Competitive Governments: An Economic Theory of Politics and Public Finance

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Cambridge University Press, Sep 28, 1998 - Business & Economics - 385 pages
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Competitive Governments systematically explores the hypothesis that governments are internally competitive, that they are competitive in their relations with each other and in their relations with other institutions in society which, like them, supply consuming households with goods and services. Breton contends that competition not only serves to bring the political system to an equilibrium, but it also leads to a revelation of the households' true demand functions for publicly provided goods and services and to the molding of a link between the quantities and the qualities demanded and supplied and the tax prices paid for these goods and services.
  

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Contents

The conceptual framework
3
11 Goods and services defined
5
12 Models of government
9
13 Concepts of efficiency
17
14 Requisites of democracy
24
15 Competition
30
16 Assembling the building blocks
34
Demand and its revelation
37
i Technology
204
ii Coordination costs
209
b Nature
210
c Effects
212
iii Contractual enforcement costs
213
iv Caveats
222
b Collusion
223
84 The Wicksellian Connection remembered
226

21 Utility maximization
42
i Taxprices
43
ii Freeriding
44
iii Substitution
46
22 Demand revelation
48
i Motivation
49
ii Mechanism
52
23 Demand lobbies
57
i Aggregation and the interaction of demand lobbies with centers of power
59
ii Shirking by lobby members
61
iii Reverse shirking by lobby managers
64
iv Collusion and rentseeking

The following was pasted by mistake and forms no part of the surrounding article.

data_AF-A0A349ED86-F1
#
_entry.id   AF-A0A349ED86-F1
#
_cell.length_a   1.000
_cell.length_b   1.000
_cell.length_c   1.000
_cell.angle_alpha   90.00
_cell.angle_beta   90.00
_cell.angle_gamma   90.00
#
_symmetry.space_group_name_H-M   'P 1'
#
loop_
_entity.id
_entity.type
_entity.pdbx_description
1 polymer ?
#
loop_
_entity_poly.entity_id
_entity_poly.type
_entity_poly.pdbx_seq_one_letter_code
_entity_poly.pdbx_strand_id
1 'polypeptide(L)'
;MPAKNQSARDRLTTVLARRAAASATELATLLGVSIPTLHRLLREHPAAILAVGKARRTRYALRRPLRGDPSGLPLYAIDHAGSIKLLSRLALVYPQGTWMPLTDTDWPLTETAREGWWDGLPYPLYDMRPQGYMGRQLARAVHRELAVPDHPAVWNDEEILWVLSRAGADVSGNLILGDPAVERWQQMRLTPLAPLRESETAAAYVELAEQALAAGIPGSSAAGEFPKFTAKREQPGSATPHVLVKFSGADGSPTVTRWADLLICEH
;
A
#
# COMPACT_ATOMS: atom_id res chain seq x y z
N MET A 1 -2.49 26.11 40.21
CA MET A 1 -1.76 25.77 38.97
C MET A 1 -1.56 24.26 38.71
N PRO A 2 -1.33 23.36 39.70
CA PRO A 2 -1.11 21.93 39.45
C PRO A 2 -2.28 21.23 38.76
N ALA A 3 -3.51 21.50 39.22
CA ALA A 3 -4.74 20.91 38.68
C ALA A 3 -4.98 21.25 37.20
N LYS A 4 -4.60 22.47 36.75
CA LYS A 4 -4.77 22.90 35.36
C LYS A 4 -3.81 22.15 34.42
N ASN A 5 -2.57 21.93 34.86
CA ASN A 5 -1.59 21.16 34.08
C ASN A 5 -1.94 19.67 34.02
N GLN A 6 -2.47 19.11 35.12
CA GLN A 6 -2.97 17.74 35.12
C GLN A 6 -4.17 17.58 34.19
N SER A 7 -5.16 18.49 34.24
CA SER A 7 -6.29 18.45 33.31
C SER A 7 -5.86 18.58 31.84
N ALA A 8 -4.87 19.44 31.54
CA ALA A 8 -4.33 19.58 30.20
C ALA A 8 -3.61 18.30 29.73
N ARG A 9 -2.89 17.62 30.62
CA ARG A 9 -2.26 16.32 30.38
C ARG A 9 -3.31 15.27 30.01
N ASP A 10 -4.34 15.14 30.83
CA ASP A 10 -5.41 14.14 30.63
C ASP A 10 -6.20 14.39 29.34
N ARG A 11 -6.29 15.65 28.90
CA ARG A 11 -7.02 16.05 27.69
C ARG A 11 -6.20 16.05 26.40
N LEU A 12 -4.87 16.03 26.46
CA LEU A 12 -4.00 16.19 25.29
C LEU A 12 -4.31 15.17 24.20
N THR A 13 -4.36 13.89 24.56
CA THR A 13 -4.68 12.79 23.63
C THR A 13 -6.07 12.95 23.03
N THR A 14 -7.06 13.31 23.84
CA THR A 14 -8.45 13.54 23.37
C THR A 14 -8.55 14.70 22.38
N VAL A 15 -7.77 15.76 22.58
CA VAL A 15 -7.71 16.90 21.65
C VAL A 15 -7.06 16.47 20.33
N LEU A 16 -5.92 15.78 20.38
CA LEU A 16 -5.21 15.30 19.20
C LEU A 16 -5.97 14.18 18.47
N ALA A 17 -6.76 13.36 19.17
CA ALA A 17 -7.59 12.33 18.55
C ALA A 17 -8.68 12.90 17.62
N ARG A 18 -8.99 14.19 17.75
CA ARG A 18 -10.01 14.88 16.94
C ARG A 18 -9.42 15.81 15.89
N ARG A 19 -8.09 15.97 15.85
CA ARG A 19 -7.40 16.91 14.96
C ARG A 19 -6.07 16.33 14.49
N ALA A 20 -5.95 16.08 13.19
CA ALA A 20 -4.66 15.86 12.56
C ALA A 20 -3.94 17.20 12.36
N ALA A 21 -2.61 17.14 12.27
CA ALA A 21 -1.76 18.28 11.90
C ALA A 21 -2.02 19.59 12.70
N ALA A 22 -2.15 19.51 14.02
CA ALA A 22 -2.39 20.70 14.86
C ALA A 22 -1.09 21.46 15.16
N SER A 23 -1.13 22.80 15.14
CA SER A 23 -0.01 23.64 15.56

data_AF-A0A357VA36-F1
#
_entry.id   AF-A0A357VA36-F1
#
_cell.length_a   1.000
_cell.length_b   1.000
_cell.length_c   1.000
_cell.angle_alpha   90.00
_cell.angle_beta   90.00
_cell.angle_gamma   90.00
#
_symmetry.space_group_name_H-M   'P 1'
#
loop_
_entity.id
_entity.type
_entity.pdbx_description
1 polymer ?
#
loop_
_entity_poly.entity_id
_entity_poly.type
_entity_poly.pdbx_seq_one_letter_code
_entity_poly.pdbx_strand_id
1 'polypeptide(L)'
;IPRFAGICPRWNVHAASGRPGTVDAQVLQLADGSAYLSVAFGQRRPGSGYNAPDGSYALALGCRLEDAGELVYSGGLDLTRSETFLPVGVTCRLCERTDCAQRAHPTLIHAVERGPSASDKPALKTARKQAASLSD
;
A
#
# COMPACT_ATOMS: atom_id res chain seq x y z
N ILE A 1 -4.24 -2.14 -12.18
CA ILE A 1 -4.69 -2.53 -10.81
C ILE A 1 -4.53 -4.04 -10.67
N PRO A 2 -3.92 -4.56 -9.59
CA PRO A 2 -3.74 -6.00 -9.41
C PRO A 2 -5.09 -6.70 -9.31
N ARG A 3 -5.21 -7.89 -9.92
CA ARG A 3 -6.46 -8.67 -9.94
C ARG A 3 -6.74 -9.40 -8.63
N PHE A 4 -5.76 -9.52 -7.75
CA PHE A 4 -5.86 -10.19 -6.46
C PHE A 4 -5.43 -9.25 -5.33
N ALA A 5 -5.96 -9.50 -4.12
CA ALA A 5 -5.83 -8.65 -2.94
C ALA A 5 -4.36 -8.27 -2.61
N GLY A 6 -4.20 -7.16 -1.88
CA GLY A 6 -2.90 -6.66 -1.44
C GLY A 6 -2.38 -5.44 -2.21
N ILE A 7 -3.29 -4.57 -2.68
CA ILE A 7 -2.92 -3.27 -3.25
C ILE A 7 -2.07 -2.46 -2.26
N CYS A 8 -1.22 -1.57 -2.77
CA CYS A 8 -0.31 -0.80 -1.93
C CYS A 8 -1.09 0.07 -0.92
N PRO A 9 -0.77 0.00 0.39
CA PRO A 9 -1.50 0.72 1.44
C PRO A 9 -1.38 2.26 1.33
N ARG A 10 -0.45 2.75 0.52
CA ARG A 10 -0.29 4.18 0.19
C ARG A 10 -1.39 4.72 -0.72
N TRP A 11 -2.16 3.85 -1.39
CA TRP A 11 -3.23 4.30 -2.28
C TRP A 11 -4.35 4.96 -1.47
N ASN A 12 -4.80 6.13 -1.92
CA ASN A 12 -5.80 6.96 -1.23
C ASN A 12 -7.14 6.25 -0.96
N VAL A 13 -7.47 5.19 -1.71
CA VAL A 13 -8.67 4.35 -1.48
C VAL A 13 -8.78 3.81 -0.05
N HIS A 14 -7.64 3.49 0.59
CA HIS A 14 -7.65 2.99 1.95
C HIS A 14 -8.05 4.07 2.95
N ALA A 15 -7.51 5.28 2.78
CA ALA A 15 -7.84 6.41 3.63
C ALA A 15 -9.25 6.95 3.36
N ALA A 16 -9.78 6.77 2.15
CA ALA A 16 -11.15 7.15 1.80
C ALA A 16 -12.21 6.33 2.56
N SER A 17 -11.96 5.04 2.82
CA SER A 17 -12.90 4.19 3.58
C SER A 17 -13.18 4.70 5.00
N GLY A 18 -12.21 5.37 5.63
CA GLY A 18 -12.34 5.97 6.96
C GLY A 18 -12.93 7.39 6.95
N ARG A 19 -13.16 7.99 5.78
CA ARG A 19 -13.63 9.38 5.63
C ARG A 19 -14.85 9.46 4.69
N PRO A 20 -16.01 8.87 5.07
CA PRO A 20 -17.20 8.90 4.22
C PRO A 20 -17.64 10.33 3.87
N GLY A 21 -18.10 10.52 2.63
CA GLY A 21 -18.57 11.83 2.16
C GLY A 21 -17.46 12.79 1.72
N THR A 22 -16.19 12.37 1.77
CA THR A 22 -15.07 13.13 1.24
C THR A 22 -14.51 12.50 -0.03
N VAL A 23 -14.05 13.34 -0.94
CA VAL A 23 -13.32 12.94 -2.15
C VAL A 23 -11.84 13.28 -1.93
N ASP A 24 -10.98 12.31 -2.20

65
24 The Wicksellian Connection
66
25 Conclusion
69
Checks and balances
70
31 Compound governments
71
32 Definitions and assumptions
74
i Checking and balancing
75
ii Checking instruments illustrated
76
33 A formal model and some implications
79
34 The Wicksellian Connection anew
87
35 A digression on American exceptionalism
90
36 Balanced governments
93
37 Conclusion
95
Budgetary processes
96
41 The budgetary process of parliamentary governments
98
ii The model
101
42 The budgetary process of congressional governments
111
i Stylized structure
112
ii The model
114
43 The Wicksellian Connection once again
118
44 Conclusion
121
Consent suffrage and support
122
51 A model of political consent
123
i A Vox Dei dispensation model
125
ii A Vox Populi dispensation model
129
52 Introducing suffrage and support
134
53 Collusion and breakdown
141
54 The Wicksellian Connection once more
146
Hierarchy and bureaucracy
148
61 The problem defined
149
62 Models of inefficient bureaus
155
ii The discretionary power model
162
63 Models of efficient bureaus and bureaucracies
167
ii Bureaucracies
176
64 Conclusion
178
A retrospective overview
181
71 More definitions
183
72 Vertical competition
184
73 Horizontal competition
190
74 Conclusion
194
The organization of governmental systems
196
81 The standard explanation
197
82 An alternative explanation
203
85 Conclusion
227
Competition stability and central governments
228
91 The inducements to compete
229
i Tiebouts potential entry and exit mechanism
230
ii Salmons external benchmark mechanism
233
92 Some empirical evidence on intergovernmental competition
235
ii Estimates of political mobility
238
iii Analysis of price rivalry
239
93 Horizontal competition and stability
240
i Policy and program diffusion
241
ii Political mobility
243
iii Price rivalry
245
95 Securing stability
248
i Why use monitors?
249
ii Monitoring horizontal competition
250
b Regional policies
251
c Intergovernmental grants
254
iii Monitoring vertical competition
258
a Bicameralism
259
b Intrastate federalism
260
c Constitutional entrenchment
261
96 The Wicksellian Connection reconsidered
262
The world order
264
101 International competition
267
102 International regimes
271
103 The European Union
275
104 Conclusion
276
Sociopolitical structures
277
The size of the nonmarket sector
279
111 Nonprofit organizations
280
112 An alternative perspective
282
113 Goods are goods
284
114 Conclusion
285
The growth of governments
286
121 The determinants of supply
288
i Some preliminaries
289
ii Differential productivity growth of conventional inputs
293
iii Differential growth in the capacity to control freeriding
295
iv Differential growth in the ability to acquire information
302
122 Equilibrium and growth
304
123 Conclusion
308
Conclusion
311
Longterm budget deficits
315
The power of small groups
318
The independence of judiciaries
321
Information and pressure
326
An empirical Wicksellian Connection?
328
Overlap and duplication
331
The structure and stability of federal states
334
References
337
Name index
363
Subject index
369
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